A few weeks ago I went out for a beer and some geology, and learned one reason why the sky is so dark. The beer came from The Burren, a rundown Irish bar in Somerville MA. The geology came from Prof. Andrew Knoll of Harvard and a bunch of his researchers and grad students. They were speaking as part of Science by the Pint, a nice local lecture series that provides researchers with free drinks if they tell the curious public about what they’re doing. The Burren has a large back room and a PA system, and so is a good venue. The dark sky comes from the Fermi Paradox, the question that Enrico asked: “Where are all the aliens?”
Knoll opened by talking about his work and his goal – to understand the diversity of life. There are millions of species of plants and animals around us, but that’s not what you would have seen for 90% of the earth’s history. It was only after the Cambrian Explosion of about 540 million years ago that really complex life evolved. Before that life consisted mainly of bacteria and the mysterious Ediacaran fauna. During it, all the major phyla were established. Life also became much more widespread, and started having a stronger effect on the chemistry of the Earth’s air, oceans, and rocks.
I once saw this transition myself. In 1996 I was on a geology field trip up in Newfoundland that was run for Harvard students by Prof. Paul Hoffman. It turns out that he and Knoll are old friends. I wasn’t a student, but he let several hangers-on like me tag along. We drove all over the province being geo-tourists. At Fortune Bay we went scrambling along the sea cliffs in search of the Cambrian Reference Stratotype. This is the rock layer that defines the start of the Cambrian epoch. About halfway down the cliff we found it – a thin yellow line among the strata. Below it was only sand. Above it, it was full of shells. The start of complex life, right there. That was Genesis, facing us in the rock.
But why then? There are scads of theories, but Knoll thinks it’s due to a profound chemical change that was happening then – the rise of oxygen levels. There was an early pulse of oxygen production about 2 billion years ago called the Great Oxygenation Event, but then there were wild swings in its levels, as seen by the deposition of oxides of chromium 63. By the time of the Cambrian it was still only up to maybe 10% of its current level. The O2 level may have been rising because more organics were dying and taking their carbon down to the sea floor. Or it could have been going up because more creatures were burrowing into the sediments, releasing sulfur, a key element for life, and so enabling more photosynthesis.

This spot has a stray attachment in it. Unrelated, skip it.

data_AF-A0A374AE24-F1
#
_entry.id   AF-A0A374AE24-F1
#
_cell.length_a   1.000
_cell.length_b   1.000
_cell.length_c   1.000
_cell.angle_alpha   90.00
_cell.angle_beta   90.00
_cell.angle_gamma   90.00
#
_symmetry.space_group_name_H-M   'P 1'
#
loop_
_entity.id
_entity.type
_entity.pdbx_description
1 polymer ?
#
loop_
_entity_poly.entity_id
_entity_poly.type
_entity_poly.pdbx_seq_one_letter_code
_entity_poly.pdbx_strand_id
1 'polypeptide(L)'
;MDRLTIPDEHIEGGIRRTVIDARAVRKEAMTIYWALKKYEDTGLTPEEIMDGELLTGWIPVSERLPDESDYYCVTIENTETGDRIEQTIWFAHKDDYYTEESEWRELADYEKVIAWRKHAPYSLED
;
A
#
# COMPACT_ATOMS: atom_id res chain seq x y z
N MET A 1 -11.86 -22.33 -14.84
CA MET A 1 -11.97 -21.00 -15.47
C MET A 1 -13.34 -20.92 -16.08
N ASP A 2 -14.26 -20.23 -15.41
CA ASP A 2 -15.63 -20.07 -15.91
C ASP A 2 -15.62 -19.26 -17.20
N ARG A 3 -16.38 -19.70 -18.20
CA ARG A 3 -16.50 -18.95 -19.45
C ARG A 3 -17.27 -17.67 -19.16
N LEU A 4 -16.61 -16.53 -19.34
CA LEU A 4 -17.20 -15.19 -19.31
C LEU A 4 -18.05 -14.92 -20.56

Without O2 it’s hard to imagine how big multi-cellular creatures can grow. Bacteria can live without it, but there are no large creatures at all that use anaerobic metabolisms – they all need oxygen for the ATP cycle that provides energy to cells. They need a lot of oxygen at that, since it has to diffuse directly into the tissues of primitive animals instead of being moved around by circulatory systems. Furthermore, you need ozone generated from O2 to block the lethal amounts of ultraviolet produced by the sun.
So O2 rises, and suddenly all the genetic experiments that had been happening for the previous hundreds of millions of years have a chance to thrive. The fundamental building block of complex life, the eukaryotic cell, was already around by maybe 1.6 billion years ago, but couldn’t glom together with a lot of other cells until there was enough O2 for all.
How does all this relate to aliens? Because it looks like the earth itself is not all that hospitable to creatures like us. The earth is about 4.5 billion years old, and has had life for maybe 3.5 billion years of that, but that life was pretty much pond scum. It’s only in the last 500 million years that complex life was possible. It’s only in the last 400 million that anything could survive on land. Even within that span it’s pretty likely that no other species ever got to our technological level. We’ve already burned up maybe 30% of the planet’s coal, which was mainly laid down about 350 million years ago. Any other industrial species would have taken it all long ago.
So the most bio-friendly place that we know of in all the universe isn’t actually all that nice. It was uninhabitable for 90% of its history. It was uninhabited by tool users until a million years ago. It’s no wonder that Enrico Fermi didn’t see the contrails of fusion-powered starships criss-crossing the galaxy! Life may arise easily, but complex life needs a lot of other factors to come together in just the right way. Those complex lifeforms can now have a pretty pleasant existence, hanging around with each other drinking fermented plants and talking about rocks, but they’re likely to be rare in the universe.